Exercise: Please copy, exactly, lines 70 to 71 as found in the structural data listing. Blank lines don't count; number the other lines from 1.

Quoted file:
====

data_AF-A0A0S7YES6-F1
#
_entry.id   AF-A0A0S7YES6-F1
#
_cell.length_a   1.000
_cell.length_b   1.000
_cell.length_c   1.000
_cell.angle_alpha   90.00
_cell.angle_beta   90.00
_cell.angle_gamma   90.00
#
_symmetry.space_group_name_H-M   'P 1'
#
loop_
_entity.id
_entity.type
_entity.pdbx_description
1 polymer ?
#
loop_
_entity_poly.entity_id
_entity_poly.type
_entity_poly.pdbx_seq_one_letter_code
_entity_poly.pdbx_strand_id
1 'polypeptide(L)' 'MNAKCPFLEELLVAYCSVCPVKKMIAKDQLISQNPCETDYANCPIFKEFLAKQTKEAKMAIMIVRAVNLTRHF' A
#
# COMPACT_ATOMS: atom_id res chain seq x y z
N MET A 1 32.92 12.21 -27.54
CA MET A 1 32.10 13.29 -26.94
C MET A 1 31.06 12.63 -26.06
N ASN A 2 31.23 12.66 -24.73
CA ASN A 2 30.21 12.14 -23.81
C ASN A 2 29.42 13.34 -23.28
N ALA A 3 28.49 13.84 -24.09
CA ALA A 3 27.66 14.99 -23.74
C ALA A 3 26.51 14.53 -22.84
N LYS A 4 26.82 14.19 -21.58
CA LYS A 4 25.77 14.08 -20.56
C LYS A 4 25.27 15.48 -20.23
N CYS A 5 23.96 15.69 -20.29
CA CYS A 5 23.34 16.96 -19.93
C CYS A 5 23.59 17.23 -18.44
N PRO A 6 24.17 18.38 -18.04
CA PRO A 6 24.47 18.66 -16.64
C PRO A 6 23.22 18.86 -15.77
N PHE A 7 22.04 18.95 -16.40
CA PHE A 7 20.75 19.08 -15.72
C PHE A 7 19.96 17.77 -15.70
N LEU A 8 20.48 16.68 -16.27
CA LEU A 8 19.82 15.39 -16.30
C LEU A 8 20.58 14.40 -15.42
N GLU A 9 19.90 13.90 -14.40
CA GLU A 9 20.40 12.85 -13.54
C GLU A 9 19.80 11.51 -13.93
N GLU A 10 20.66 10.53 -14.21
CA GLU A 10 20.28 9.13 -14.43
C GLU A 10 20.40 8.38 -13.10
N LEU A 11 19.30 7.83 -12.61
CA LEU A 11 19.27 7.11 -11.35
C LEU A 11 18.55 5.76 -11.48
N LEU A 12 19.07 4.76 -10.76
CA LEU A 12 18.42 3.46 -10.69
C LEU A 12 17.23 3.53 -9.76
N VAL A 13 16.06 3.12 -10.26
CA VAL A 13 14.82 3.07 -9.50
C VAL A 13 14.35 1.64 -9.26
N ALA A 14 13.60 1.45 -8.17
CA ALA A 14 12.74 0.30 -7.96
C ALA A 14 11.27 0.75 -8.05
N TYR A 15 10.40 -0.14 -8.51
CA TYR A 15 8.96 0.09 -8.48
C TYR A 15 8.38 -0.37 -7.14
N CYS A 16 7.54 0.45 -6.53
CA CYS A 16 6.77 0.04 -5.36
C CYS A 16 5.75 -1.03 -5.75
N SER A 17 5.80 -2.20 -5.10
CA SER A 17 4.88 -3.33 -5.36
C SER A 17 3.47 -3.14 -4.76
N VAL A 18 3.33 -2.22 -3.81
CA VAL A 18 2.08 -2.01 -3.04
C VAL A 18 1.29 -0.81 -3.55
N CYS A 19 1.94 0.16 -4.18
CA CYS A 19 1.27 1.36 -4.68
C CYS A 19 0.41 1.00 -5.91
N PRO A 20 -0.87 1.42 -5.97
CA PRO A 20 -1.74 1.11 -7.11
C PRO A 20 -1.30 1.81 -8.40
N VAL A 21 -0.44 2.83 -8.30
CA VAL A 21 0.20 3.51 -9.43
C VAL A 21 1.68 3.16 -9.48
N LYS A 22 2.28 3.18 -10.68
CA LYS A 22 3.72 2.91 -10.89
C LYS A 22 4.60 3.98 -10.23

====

N TYR A 15 10.40 -0.14 -8.51
CA TYR A 15 8.96 0.09 -8.48